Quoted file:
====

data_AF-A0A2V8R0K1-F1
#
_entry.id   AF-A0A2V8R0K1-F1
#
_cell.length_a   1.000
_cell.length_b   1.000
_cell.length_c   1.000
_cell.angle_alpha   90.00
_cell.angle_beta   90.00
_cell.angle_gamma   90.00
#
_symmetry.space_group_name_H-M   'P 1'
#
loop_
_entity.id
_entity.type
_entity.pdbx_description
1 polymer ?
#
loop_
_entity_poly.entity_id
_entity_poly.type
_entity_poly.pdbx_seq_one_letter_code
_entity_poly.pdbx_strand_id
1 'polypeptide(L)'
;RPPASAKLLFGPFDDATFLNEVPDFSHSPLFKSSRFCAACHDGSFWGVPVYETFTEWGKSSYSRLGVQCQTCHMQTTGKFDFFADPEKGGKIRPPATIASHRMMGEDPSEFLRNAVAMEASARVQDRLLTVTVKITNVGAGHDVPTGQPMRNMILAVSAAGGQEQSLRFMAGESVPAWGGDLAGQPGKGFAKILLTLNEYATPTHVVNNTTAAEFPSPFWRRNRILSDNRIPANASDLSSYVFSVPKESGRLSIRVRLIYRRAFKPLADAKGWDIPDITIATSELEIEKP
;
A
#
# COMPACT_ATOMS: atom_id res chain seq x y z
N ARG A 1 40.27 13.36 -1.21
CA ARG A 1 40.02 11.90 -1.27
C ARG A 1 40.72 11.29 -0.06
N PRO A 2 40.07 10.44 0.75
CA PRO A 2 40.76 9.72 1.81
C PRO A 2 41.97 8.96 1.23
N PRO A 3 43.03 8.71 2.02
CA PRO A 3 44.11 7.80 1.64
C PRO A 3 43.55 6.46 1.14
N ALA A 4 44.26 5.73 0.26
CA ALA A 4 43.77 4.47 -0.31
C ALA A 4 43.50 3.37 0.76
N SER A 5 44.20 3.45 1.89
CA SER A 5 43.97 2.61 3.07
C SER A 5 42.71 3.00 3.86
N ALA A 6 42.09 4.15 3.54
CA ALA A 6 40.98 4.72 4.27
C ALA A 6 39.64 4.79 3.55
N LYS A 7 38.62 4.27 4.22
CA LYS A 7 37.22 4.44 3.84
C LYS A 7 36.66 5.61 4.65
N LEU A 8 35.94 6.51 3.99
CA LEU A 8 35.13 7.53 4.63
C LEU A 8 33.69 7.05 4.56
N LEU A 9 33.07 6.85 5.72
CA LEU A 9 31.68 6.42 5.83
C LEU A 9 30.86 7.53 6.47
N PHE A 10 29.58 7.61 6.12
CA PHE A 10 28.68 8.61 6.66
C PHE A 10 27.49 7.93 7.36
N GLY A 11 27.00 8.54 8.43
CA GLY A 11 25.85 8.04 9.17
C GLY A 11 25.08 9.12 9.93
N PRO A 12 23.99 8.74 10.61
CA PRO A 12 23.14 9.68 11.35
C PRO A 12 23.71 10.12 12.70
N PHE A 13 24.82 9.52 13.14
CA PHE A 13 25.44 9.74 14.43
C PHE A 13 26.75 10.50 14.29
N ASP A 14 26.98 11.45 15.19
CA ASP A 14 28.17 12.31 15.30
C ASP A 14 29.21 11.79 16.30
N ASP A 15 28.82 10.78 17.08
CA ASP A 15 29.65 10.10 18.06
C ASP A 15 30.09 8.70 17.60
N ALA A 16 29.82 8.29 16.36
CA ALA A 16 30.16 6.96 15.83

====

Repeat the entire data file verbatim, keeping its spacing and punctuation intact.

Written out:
data_AF-A0A2V8R0K1-F1
#
_entry.id   AF-A0A2V8R0K1-F1
#
_cell.length_a   1.000
_cell.length_b   1.000
_cell.length_c   1.000
_cell.angle_alpha   90.00
_cell.angle_beta   90.00
_cell.angle_gamma   90.00
#
_symmetry.space_group_name_H-M   'P 1'
#
loop_
_entity.id
_entity.type
_entity.pdbx_description
1 polymer ?
#
loop_
_entity_poly.entity_id
_entity_poly.type
_entity_poly.pdbx_seq_one_letter_code
_entity_poly.pdbx_strand_id
1 'polypeptide(L)'
;RPPASAKLLFGPFDDATFLNEVPDFSHSPLFKSSRFCAACHDGSFWGVPVYETFTEWGKSSYSRLGVQCQTCHMQTTGKFDFFADPEKGGKIRPPATIASHRMMGEDPSEFLRNAVAMEASARVQDRLLTVTVKITNVGAGHDVPTGQPMRNMILAVSAAGGQEQSLRFMAGESVPAWGGDLAGQPGKGFAKILLTLNEYATPTHVVNNTTAAEFPSPFWRRNRILSDNRIPANASDLSSYVFSVPKESGRLSIRVRLIYRRAFKPLADAKGWDIPDITIATSELEIEKP
;
A
#
# COMPACT_ATOMS: atom_id res chain seq x y z
N ARG A 1 40.27 13.36 -1.21
CA ARG A 1 40.02 11.90 -1.27
C ARG A 1 40.72 11.29 -0.06
N PRO A 2 40.07 10.44 0.75
CA PRO A 2 40.76 9.72 1.81
C PRO A 2 41.97 8.96 1.23
N PRO A 3 43.03 8.71 2.02
CA PRO A 3 44.11 7.80 1.64
C PRO A 3 43.55 6.46 1.14
N ALA A 4 44.26 5.73 0.26
CA ALA A 4 43.77 4.47 -0.31
C ALA A 4 43.50 3.37 0.76
N SER A 5 44.20 3.45 1.89
CA SER A 5 43.97 2.61 3.07
C SER A 5 42.71 3.00 3.86
N ALA A 6 42.09 4.15 3.54
CA ALA A 6 40.98 4.72 4.27
C ALA A 6 39.64 4.79 3.55
N LYS A 7 38.62 4.27 4.22
CA LYS A 7 37.22 4.44 3.84
C LYS A 7 36.66 5.61 4.65
N LEU A 8 35.94 6.51 3.99
CA LEU A 8 35.13 7.53 4.63
C LEU A 8 33.69 7.05 4.56
N LEU A 9 33.07 6.85 5.72
CA LEU A 9 31.68 6.42 5.83
C LEU A 9 30.86 7.53 6.47
N PHE A 10 29.58 7.61 6.12
CA PHE A 10 28.68 8.61 6.66
C PHE A 10 27.49 7.93 7.36
N GLY A 11 27.00 8.54 8.43
CA GLY A 11 25.85 8.04 9.17
C GLY A 11 25.08 9.12 9.93
N PRO A 12 23.99 8.74 10.61
CA PRO A 12 23.14 9.68 11.35
C PRO A 12 23.71 10.12 12.70
N PHE A 13 24.82 9.52 13.14
CA PHE A 13 25.44 9.74 14.43
C PHE A 13 26.75 10.50 14.29
N ASP A 14 26.98 11.45 15.19
CA ASP A 14 28.17 12.31 15.30
C ASP A 14 29.21 11.79 16.30
N ASP A 15 28.82 10.78 17.08
CA ASP A 15 29.65 10.10 18.06
C ASP A 15 30.09 8.70 17.60
N ALA A 16 29.82 8.29 16.36
CA ALA A 16 30.16 6.96 15.83